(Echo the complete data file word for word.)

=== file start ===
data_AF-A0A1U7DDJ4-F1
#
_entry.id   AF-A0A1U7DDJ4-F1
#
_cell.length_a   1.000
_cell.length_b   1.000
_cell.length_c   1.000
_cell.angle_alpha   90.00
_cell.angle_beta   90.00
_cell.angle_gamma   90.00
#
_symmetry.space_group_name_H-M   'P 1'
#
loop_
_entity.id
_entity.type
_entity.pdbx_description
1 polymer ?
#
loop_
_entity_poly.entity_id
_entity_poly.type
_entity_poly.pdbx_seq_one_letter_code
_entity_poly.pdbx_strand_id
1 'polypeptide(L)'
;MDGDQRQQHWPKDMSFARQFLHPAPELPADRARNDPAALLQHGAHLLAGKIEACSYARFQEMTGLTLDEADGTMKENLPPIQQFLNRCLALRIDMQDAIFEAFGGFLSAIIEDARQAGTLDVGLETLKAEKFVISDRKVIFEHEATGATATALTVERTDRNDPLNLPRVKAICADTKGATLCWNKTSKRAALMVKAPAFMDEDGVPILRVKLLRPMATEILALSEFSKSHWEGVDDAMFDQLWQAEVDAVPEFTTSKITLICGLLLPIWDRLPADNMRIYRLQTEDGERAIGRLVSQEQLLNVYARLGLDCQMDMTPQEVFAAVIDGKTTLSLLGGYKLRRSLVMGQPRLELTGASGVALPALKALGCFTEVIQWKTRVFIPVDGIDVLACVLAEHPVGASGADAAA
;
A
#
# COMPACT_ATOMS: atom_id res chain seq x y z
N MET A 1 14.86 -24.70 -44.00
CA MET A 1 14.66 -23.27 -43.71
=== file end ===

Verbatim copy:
data_AF-A0A1U7DDJ4-F1
#
_entry.id   AF-A0A1U7DDJ4-F1
#
_cell.length_a   1.000
_cell.length_b   1.000
_cell.length_c   1.000
_cell.angle_alpha   90.00
_cell.angle_beta   90.00
_cell.angle_gamma   90.00
#
_symmetry.space_group_name_H-M   'P 1'
#
loop_
_entity.id
_entity.type
_entity.pdbx_description
1 polymer ?
#
loop_
_entity_poly.entity_id
_entity_poly.type
_entity_poly.pdbx_seq_one_letter_code
_entity_poly.pdbx_strand_id
1 'polypeptide(L)'
;MDGDQRQQHWPKDMSFARQFLHPAPELPADRARNDPAALLQHGAHLLAGKIEACSYARFQEMTGLTLDEADGTMKENLPPIQQFLNRCLALRIDMQDAIFEAFGGFLSAIIEDARQAGTLDVGLETLKAEKFVISDRKVIFEHEATGATATALTVERTDRNDPLNLPRVKAICADTKGATLCWNKTSKRAALMVKAPAFMDEDGVPILRVKLLRPMATEILALSEFSKSHWEGVDDAMFDQLWQAEVDAVPEFTTSKITLICGLLLPIWDRLPADNMRIYRLQTEDGERAIGRLVSQEQLLNVYARLGLDCQMDMTPQEVFAAVIDGKTTLSLLGGYKLRRSLVMGQPRLELTGASGVALPALKALGCFTEVIQWKTRVFIPVDGIDVLACVLAEHPVGASGADAAA
;
A
#
# COMPACT_ATOMS: atom_id res chain seq x y z
N MET A 1 14.86 -24.70 -44.00
CA MET A 1 14.66 -23.27 -43.71